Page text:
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All in a Day's Work - Research and Publications

Apr 6, 2022

Professor and student looking at equations written on a glass wallScholarly activity in the Mathematics Department kept going strong whether remote or in-person. Students and faculty achieved a great deal during the past year.

Frost Summer Undergraduate Research Program

Ryan Tully-Doyle conducted research with Jackie Driscoll and Justin Hexem on the iteration of complex functions on matrices. 

Linda Patton worked with Mav Lara and Brooke Randell on "Characterizing the Numerical Range of Block Toeplitz Operators." They described the numerical ranges of some block Toeplitz operators with symbols of the form F(z)=A+Bz, where A and B are two by two matrices. This required analyzing the convex hull of an infinite collection of ellipses. Their poster was accepted to present at the Joint Mathematics Meeting, which was postponed but will be held virtually in April.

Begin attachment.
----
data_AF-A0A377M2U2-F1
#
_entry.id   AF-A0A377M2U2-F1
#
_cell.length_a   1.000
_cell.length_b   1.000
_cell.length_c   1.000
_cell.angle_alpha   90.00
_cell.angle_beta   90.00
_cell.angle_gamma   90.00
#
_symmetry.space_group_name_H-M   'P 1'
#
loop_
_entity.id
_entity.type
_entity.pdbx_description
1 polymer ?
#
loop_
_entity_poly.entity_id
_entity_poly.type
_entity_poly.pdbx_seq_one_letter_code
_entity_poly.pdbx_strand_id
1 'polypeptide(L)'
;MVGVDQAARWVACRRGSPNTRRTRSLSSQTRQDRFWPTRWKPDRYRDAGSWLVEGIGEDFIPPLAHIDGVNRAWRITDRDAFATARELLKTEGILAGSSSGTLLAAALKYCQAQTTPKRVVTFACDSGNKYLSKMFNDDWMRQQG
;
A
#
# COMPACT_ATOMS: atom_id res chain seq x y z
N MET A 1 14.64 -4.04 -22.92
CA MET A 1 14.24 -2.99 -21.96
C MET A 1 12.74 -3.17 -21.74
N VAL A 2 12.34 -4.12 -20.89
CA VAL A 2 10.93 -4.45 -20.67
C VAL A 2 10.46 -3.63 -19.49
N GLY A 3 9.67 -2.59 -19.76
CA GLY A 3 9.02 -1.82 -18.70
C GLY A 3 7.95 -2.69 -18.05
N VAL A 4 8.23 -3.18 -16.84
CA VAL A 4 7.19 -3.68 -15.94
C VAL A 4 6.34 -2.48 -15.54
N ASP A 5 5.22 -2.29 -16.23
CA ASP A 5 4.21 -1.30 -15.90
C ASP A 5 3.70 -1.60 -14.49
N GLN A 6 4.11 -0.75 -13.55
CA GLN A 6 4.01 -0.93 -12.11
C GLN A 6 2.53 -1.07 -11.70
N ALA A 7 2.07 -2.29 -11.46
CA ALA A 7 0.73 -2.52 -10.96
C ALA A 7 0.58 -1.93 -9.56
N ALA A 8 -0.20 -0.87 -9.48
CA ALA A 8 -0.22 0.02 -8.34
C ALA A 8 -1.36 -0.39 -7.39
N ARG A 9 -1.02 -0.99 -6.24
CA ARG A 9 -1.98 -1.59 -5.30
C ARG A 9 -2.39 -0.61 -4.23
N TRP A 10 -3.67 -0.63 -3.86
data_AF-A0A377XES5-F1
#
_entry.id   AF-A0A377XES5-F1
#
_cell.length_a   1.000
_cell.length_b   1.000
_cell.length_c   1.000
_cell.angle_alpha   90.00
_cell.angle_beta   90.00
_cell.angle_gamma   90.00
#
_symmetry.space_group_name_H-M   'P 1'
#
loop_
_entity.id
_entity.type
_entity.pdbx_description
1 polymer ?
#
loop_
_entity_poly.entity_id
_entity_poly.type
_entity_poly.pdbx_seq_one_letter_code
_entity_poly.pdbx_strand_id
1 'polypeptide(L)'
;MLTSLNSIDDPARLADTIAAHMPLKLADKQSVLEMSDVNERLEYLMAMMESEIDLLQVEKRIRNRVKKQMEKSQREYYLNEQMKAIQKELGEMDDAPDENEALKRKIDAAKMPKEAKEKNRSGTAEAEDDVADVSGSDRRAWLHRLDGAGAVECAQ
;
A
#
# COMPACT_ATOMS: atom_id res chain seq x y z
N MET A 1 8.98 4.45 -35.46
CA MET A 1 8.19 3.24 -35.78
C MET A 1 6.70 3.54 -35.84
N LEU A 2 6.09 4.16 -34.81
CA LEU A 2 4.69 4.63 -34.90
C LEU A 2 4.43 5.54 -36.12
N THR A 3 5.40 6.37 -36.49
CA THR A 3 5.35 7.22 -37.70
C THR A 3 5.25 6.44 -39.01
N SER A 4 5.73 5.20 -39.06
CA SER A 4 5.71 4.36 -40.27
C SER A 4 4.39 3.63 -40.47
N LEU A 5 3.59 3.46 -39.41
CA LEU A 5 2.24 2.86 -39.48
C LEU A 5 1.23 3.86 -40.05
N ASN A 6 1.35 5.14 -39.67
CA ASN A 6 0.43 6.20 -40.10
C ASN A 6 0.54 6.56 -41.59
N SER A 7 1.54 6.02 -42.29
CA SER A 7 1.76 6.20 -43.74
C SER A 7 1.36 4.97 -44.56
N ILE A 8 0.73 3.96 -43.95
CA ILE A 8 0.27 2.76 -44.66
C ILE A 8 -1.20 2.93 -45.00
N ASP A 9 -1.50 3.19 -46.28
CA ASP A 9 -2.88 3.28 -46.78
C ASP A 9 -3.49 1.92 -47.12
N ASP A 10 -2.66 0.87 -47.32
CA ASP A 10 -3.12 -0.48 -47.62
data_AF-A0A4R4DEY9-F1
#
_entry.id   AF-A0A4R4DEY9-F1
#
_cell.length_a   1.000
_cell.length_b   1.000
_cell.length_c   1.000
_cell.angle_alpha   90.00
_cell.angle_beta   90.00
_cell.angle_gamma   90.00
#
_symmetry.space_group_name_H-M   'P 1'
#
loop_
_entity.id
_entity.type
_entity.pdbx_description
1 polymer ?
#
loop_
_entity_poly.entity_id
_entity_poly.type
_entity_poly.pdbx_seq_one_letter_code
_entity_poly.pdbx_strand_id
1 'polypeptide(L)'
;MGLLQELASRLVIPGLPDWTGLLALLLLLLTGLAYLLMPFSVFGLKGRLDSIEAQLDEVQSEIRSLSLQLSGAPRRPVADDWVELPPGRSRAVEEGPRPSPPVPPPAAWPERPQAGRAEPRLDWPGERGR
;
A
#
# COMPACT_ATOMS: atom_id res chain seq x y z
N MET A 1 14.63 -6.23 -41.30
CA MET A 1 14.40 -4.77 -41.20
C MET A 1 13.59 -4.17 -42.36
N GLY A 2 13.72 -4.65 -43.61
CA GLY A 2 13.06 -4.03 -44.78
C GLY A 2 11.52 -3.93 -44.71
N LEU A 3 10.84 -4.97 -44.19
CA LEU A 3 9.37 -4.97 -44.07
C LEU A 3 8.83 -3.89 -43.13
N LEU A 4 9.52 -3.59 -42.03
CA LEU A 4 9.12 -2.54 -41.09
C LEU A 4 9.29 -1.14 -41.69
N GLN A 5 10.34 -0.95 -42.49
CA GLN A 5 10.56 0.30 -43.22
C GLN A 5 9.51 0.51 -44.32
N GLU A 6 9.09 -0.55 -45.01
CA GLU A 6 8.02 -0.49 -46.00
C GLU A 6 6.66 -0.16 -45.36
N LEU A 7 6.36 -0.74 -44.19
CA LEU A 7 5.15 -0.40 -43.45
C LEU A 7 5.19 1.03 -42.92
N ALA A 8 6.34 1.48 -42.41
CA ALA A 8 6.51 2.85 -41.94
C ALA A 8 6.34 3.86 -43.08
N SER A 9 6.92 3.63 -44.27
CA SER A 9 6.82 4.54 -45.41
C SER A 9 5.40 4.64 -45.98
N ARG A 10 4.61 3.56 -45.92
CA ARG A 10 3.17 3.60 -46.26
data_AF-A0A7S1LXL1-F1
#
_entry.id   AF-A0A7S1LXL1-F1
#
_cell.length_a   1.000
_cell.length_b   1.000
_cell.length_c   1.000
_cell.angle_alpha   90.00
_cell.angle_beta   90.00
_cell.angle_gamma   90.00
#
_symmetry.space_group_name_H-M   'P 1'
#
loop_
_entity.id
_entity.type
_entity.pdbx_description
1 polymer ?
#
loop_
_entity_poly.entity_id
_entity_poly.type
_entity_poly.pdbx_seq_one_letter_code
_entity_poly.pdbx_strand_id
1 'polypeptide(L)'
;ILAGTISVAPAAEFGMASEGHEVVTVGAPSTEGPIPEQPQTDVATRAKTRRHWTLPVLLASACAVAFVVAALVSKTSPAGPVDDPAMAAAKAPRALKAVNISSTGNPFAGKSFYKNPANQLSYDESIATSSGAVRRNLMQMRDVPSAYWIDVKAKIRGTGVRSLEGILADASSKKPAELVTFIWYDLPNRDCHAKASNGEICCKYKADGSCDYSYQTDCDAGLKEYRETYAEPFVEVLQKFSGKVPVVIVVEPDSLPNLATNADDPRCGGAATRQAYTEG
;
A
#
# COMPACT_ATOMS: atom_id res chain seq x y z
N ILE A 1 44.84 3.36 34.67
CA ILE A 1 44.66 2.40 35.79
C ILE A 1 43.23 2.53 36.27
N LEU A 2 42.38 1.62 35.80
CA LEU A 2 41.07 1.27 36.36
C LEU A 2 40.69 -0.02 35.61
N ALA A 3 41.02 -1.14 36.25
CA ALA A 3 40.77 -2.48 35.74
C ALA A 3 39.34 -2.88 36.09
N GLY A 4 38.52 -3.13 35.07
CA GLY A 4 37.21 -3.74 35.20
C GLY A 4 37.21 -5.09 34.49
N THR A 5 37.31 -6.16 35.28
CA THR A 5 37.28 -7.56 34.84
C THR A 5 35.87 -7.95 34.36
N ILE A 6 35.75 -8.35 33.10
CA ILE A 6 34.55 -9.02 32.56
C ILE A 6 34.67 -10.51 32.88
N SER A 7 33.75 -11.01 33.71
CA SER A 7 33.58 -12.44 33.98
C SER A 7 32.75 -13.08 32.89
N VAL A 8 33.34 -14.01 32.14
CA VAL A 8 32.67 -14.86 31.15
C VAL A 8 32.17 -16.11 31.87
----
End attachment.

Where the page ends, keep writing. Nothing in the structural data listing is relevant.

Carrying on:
Linda Patton also worked with Kelsey Lowrey, Tim Royston, and Karl Zieber studying "Flat Portions on Numerical Ranges of Nilpotent Matrices." They worked to generalize a conjecture about the maximum number of such flat portions to bigger matrices.  

Joyce Lin worked with Aidan Chandrasekaran and Srirag Vuppala on simulating a mean-field equation for the electrical activity in cardiac tissue, as well as with Brady Berg and Joseph Mcguire (jointly supervised with Elena Dimitrova) on creating an agent-based model for cardiac tissue. 

Stathis Charalampidis worked with Cal Poly ugraduates: Andy Chiv, Riley Prendergast, and Alexis Saucerman on the project titled "Computation of matter waves in atomic physics." 

Elena Dimitrova worked on Topological Data Analysis for Comparison of Simulated and Experimental Images with students Laura Bialozynski, Jaxon Green, Vanessa Newsome-Slade, and Stephen Wessel; in collaboration with Paul Anderson from CS.


Professors Elsa Medina and Amélie Schinck-Mikel offered the annual Cal Poly Math Academy in summer 2021. Because of the pandemic, the academy met virtually. Backpacks were sent to each participant's house filled with math manipulatives and fun goodies, providing a hands-on experience even in the remote environment. Every summer the academy employs two Cal Poly undergraduate students who are studying to become secondary mathematics teachers to assist in creating activities and running the sessions. 

Medina and Schinck-Mikel plan to bring the Math Academy back in-person for summer 2022. The academy is offered in partnership with the Migrant Education Program for the region.